might not think it now but back in the 1700s Whitehaven was the
place to go to make your fortune. You could catch a passage to America,
try your hand at trading or you might even get rich smuggling rum.
151 Queen Street, a Georgian house built in the 1730s, was right
in the middle of the New World buzz.
was built by William Gale, a merchant who imported tobacco from
Virginia, and the house has links with the very origins of the United
States; William's brother George married Mildred Washington, the
grandmother of George Washington, first U.S. President.
Gale's weren't quite as important as their illustrious descendants
but non the less they played an important part in the development
of Whitehaven. They suggested improvements to the harbour and were
very successful merchants. William's house, 151, has a well preserved
barrel vaulted cellar where the tobacco would have been kept along
with rum and other provisions, and part of the house was even set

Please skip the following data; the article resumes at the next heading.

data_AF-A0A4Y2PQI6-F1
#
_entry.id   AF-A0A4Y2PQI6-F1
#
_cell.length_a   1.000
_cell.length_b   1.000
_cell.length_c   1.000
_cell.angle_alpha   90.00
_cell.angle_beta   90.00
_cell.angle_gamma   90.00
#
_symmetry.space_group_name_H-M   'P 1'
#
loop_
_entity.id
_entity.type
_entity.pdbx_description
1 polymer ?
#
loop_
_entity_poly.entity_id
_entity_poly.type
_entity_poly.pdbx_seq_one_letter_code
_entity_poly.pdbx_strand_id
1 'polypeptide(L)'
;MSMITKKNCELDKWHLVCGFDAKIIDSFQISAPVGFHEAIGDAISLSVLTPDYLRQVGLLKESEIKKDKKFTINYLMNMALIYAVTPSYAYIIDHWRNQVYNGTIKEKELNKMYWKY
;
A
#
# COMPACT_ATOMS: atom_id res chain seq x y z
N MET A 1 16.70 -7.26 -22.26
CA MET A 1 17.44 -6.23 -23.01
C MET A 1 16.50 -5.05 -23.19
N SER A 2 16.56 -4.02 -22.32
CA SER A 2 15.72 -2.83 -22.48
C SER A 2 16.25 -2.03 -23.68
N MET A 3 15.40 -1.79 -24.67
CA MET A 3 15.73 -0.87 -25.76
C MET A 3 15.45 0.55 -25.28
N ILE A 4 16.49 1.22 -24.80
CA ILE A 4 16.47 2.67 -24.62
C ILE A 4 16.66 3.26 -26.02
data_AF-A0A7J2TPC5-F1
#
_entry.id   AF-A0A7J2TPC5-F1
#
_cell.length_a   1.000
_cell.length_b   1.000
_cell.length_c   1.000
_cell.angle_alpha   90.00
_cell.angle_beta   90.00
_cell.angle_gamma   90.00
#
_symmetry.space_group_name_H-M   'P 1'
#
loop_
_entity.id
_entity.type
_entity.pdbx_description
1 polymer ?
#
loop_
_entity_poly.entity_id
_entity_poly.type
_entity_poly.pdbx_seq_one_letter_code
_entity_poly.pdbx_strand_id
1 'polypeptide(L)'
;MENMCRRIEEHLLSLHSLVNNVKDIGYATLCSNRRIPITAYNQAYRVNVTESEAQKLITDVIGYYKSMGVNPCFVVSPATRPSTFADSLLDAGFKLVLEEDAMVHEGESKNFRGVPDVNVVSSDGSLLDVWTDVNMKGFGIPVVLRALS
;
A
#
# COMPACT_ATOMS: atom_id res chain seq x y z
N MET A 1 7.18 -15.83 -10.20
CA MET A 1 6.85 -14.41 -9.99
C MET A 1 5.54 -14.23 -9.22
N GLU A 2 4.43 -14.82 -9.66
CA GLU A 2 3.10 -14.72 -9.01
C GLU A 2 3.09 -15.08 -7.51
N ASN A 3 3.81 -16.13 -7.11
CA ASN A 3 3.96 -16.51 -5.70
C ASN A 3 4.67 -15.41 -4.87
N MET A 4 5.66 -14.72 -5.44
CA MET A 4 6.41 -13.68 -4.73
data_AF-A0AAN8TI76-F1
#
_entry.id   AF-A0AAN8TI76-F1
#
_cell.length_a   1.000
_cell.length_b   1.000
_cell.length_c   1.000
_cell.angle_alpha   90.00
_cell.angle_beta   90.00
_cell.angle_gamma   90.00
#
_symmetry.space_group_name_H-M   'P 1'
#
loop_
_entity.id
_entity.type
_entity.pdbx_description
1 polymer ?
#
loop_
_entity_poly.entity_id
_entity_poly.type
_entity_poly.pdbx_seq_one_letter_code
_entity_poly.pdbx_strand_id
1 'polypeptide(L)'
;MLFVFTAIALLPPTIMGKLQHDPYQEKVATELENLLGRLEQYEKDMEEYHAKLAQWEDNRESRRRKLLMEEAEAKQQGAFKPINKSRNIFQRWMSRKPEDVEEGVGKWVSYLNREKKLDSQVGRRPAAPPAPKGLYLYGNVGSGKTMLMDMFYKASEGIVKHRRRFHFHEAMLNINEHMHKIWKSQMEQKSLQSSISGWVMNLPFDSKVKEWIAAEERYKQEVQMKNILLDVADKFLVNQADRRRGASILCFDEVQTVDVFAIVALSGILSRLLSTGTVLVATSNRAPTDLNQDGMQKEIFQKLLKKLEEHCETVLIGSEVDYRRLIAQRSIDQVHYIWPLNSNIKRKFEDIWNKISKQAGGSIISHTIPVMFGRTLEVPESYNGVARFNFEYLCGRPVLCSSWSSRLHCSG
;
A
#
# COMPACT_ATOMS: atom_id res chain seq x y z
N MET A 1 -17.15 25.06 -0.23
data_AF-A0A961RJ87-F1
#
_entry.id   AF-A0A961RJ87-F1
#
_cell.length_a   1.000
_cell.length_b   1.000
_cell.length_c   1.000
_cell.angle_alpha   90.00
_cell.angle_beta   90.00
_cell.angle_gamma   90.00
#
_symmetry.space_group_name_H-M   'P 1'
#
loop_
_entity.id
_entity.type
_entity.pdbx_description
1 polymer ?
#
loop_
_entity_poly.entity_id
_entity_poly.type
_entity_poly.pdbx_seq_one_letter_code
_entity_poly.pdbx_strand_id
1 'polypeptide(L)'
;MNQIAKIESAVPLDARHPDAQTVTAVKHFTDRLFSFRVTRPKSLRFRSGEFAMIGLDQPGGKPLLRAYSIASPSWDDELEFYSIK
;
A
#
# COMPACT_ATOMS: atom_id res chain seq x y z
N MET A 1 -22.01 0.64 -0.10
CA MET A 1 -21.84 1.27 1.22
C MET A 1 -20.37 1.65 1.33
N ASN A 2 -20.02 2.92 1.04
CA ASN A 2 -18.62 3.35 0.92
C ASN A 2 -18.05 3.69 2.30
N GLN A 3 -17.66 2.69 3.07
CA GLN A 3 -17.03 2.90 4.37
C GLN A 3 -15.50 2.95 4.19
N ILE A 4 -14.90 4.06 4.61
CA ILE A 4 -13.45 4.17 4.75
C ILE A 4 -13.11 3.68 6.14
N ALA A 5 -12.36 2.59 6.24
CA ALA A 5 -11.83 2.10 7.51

aside for tax collection. And we think the Inland Revenue's bad
the past glory of 151 Queen Street is a distant memory. It's on
English Heritage's Register of Building's at Risk and is a Grade
II* listed building.
behind the black door?
sits just back from the road behind some ancient iron railings looking
a little sorry for itself. But once you step inside you realise
that it's the interior that's really impressive.
original floor to ceiling pitch pine panelling from 1680 in many
of the rooms. Several houses round Whitehaven were once decorated
like this, but 151 Queen Street is the only one left intact. There
are intricate ceiling cornices and a secret spiral staircase for
the servants to use so they didn't have to disturb the ladies and
gentlemen of the house.
difficult to keep houses like this in good condition and to restore
them using all the authentic materials can cost a fortune. Local
authorities often know where you can find grants to help and English
Heritage can help too, but listed buildings can be a real drain
on the bank balance.
Queen Street is central to Whitehaven's maritime history and it's
hoped that in years to come there may be a way to open it up to